Never Say Never Mind

Trying to be understood by someone with a hearing impairment can be frustrating. Trust me, we know! However, as frustrating as it is for you, it’s doubly frustrating for us. We know you’re saying something and we know you’re struggling to make yourself understood and we also know that you’re getting hot around the collar.

In this situation, just about the worst thing you can say to us is ‘never mind’ or ‘it doesn’t matter’. This sends the message that you give up. On us.

If you’re a parent and your child’s teacher gave up on them because they found it hard understanding the lesson how would that make you feel?

It’s no different when it comes to the hearing impaired. To put it into perspective, to be hearing impaired is a bit like slowly discovering that you’re unlearning your native language and there’s nothing you can do about it. Words with completely different meanings begin to sound the same; while you can hear every word being said, the sentence makes no sense because the words you ‘hear’ don’t logically fit together.

Put yourself in our position

Often we ask someone to repeat something so we can have another crack at understanding what was said, but sometimes hearing it a second time makes less sense than the first time because of changes in someone’s annunciation when they are annoyed or repeating it too loudly.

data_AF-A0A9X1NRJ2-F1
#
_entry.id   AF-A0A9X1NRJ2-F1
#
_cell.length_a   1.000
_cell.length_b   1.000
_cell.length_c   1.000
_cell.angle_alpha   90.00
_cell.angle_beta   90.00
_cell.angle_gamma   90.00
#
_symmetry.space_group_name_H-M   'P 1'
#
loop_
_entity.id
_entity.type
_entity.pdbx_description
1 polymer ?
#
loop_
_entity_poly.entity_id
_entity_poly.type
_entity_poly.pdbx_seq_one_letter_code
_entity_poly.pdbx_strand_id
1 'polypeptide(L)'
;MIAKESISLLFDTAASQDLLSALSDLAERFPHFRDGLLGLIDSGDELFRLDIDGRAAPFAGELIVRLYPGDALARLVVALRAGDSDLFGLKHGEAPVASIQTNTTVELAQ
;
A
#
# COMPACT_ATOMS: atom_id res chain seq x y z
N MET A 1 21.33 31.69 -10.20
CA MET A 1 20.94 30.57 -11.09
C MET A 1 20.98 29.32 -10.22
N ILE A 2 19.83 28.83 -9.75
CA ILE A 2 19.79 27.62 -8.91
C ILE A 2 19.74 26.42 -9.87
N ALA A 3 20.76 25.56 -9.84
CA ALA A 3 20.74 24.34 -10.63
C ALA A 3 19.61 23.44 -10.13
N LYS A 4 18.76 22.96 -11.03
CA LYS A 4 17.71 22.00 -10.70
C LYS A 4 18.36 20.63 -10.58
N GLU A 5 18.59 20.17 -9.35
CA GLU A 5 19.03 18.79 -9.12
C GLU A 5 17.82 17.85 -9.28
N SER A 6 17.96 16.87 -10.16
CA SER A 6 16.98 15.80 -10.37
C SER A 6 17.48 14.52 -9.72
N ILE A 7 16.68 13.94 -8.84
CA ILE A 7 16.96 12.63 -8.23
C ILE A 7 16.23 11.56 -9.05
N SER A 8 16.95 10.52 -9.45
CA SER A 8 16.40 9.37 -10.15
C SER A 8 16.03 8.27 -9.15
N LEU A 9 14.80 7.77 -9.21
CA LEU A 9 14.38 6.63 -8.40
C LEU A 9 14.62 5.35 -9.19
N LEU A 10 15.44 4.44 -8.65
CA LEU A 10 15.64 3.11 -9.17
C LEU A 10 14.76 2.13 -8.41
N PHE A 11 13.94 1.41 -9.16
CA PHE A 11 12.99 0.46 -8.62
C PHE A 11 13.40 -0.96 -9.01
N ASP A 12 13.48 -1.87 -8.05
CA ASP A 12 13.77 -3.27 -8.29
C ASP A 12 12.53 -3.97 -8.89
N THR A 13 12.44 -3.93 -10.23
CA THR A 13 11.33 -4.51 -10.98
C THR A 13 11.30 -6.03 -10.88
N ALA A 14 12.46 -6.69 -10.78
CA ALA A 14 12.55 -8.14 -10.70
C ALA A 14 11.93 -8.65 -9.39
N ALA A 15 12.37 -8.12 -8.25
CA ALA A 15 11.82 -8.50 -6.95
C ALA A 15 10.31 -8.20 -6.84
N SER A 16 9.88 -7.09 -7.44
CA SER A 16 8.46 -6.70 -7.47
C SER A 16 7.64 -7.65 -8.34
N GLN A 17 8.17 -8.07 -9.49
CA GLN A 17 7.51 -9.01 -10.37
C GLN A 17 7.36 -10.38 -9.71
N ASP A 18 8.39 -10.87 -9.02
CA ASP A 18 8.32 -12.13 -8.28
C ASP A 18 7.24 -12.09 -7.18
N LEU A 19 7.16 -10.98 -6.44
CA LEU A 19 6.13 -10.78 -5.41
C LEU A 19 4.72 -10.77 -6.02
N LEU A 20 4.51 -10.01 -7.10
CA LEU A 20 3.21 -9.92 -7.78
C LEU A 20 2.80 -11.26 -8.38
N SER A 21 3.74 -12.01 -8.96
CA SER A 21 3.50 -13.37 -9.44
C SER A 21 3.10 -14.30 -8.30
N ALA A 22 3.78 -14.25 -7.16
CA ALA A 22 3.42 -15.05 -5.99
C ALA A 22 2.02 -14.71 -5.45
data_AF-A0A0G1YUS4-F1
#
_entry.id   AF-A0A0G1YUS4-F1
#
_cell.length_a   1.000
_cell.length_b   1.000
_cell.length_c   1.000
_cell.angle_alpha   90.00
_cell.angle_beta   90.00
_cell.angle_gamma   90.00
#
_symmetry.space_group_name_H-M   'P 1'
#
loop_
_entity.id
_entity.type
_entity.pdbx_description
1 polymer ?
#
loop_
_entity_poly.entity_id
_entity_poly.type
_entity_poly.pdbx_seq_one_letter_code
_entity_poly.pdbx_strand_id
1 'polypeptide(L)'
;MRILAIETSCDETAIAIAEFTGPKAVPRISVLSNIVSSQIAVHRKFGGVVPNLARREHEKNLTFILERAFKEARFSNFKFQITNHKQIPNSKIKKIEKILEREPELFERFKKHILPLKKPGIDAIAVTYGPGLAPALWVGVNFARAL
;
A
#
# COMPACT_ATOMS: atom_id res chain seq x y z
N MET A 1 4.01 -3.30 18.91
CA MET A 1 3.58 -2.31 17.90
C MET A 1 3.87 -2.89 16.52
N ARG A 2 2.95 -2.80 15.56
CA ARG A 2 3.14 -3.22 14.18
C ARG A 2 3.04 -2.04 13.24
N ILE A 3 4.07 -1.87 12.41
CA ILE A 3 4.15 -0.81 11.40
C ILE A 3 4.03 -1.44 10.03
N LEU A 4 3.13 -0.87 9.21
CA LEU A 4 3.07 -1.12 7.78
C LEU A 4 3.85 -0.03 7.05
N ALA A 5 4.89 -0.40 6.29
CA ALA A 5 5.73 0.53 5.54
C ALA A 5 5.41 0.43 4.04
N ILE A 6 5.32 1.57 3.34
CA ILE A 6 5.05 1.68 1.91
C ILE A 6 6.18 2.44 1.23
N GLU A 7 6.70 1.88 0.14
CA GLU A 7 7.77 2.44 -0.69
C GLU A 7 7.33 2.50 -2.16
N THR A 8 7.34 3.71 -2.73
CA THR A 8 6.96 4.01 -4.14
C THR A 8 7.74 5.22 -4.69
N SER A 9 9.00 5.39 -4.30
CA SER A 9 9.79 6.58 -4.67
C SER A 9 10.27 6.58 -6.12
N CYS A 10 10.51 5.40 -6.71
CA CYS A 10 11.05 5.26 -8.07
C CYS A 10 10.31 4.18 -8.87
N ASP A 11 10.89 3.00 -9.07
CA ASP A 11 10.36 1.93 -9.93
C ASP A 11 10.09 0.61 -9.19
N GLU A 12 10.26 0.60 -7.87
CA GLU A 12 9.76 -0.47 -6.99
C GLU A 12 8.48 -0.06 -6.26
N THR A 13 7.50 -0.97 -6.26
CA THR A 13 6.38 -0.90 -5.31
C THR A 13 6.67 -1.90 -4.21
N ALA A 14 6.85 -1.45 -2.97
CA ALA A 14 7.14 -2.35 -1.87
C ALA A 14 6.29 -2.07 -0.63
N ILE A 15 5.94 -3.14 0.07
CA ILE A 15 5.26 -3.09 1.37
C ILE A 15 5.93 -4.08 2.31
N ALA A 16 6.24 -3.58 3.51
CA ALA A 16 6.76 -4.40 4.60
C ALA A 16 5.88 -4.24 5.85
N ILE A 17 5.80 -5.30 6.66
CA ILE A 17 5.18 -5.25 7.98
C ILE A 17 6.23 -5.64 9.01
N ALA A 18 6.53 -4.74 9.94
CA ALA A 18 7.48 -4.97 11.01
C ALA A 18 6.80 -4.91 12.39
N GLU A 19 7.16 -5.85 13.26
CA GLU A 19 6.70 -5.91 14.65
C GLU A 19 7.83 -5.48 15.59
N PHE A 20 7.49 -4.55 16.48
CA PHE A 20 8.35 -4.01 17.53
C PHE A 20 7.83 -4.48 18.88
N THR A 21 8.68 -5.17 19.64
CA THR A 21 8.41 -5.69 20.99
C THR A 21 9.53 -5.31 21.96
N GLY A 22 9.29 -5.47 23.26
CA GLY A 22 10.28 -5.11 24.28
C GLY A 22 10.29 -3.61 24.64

It can be mentally and emotionally exhausting struggling to make sense of something when you only have a small portion of comprehension to work with. To be told ‘never mind’ or ‘pay attention’ on top of that is demoralising beyond comprehension.

Make yourself understood

The next time you’re asked to repeat yourself by someone with a hearing impairment, follow these three simple rules:

  1. Face them while you speak.
  2. Don’t just repeat what you said, try to find different words that convey the same meaning. The consonants P/K/F/H and the T/SH/S sounds are often not heard properly.
  3. Speak at a normal conversational volume and pace, and pronounce your words as clearly as possible – like a newsreader would.

And don’t forget to remain calm.

Daniel is an Audiometrist and Assistive Communications Device Product Manager at Blamey Saunders hears.
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